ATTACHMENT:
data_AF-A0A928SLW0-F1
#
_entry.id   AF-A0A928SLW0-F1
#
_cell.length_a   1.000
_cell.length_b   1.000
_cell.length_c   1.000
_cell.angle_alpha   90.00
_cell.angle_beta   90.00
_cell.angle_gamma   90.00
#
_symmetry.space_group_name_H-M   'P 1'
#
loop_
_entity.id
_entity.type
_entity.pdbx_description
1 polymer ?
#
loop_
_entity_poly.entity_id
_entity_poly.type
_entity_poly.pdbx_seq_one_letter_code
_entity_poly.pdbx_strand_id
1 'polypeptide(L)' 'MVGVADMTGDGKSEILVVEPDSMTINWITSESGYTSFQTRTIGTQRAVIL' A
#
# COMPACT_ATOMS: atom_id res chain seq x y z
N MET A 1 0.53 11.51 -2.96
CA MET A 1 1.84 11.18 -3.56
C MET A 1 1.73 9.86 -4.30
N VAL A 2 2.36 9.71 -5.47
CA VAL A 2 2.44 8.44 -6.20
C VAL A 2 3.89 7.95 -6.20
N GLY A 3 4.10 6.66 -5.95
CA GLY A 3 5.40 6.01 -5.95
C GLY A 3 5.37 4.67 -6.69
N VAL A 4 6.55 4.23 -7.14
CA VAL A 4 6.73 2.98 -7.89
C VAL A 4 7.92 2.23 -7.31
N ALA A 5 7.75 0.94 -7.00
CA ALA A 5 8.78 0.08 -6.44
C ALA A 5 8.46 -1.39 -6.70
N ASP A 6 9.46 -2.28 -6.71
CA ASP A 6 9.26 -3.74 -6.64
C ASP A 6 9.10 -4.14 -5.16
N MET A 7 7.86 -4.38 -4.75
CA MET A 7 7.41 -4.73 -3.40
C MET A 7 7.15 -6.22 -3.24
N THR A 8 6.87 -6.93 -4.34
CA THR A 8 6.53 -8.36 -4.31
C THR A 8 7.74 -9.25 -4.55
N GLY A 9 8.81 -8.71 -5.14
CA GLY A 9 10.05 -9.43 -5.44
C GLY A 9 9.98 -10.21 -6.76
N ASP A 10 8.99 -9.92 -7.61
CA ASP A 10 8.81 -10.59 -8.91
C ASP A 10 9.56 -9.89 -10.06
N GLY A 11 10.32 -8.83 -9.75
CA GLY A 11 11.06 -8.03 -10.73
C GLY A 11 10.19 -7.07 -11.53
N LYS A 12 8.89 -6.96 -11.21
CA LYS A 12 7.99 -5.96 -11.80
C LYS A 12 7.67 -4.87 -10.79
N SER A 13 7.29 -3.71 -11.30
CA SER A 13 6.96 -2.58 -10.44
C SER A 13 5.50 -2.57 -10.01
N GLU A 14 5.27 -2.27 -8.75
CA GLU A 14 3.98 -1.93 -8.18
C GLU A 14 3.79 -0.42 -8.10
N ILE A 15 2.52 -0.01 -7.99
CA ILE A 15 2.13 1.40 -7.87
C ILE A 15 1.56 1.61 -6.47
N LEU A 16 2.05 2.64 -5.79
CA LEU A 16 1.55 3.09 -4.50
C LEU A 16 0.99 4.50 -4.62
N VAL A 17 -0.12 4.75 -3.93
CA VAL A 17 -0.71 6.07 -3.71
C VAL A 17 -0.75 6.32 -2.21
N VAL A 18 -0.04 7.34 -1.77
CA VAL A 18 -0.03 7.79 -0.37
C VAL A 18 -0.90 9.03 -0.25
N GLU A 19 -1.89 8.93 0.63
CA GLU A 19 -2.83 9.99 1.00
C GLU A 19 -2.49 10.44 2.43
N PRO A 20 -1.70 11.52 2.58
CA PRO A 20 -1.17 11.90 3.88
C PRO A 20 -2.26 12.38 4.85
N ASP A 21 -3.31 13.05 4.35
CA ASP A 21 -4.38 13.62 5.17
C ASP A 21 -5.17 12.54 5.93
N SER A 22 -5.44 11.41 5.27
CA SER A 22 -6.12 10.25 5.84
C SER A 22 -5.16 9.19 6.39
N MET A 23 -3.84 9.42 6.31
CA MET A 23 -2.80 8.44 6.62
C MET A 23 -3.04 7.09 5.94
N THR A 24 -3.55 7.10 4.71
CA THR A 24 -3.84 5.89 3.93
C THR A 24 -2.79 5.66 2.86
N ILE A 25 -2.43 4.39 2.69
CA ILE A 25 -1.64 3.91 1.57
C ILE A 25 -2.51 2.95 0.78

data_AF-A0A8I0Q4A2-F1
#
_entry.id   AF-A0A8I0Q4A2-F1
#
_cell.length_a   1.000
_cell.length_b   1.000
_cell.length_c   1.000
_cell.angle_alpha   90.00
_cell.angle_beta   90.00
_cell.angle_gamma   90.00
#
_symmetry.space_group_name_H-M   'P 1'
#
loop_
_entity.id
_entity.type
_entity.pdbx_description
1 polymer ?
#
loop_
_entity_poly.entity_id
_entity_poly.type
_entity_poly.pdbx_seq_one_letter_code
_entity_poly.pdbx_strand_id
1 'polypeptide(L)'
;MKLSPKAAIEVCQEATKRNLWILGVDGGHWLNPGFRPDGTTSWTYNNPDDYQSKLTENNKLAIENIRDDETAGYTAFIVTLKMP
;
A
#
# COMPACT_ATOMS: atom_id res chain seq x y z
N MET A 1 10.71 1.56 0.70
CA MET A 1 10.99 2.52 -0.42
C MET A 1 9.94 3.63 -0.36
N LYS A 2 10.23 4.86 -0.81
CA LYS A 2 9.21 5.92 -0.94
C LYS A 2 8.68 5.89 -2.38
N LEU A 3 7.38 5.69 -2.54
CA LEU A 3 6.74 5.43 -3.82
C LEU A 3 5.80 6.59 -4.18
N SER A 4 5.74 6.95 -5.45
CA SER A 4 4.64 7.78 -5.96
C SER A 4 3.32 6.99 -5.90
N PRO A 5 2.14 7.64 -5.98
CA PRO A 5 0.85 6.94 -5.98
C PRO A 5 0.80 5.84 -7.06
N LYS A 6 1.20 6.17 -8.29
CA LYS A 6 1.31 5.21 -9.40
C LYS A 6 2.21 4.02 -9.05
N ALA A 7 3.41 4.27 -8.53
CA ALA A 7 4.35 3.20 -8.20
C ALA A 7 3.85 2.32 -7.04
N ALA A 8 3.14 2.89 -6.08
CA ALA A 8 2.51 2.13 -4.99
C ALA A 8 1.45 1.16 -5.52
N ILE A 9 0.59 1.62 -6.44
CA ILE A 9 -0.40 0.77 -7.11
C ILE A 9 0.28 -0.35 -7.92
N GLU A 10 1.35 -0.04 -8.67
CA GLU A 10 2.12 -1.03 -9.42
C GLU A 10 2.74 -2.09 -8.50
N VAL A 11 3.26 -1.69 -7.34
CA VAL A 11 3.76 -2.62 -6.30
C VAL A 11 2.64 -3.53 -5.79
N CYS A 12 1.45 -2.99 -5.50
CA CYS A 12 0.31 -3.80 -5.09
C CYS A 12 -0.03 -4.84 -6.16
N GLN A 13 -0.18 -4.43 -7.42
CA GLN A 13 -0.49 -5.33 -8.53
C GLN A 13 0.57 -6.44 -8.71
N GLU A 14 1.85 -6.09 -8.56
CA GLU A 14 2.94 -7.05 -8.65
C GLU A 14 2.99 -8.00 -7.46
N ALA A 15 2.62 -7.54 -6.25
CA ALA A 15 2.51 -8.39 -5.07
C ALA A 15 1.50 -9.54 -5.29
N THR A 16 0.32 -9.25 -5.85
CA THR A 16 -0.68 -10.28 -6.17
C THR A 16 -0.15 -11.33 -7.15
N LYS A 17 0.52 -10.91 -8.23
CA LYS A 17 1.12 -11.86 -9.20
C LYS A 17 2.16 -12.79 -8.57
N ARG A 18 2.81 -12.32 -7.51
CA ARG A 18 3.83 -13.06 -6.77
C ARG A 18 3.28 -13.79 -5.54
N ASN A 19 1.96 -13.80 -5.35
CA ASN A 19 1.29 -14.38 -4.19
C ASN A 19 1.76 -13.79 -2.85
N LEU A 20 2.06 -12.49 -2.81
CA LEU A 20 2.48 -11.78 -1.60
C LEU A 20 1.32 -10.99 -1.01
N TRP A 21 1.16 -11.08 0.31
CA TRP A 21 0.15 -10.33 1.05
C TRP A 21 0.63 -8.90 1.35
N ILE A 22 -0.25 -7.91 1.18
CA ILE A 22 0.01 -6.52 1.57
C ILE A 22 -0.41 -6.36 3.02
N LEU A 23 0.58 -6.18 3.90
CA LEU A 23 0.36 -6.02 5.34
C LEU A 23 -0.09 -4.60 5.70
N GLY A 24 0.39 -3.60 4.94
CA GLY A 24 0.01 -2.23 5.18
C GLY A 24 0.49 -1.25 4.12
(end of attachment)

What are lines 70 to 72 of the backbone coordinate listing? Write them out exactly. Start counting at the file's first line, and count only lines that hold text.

N ILE A 15 2.52 -0.01 -7.99
CA ILE A 15 2.13 1.40 -7.87
C ILE A 15 1.56 1.61 -6.47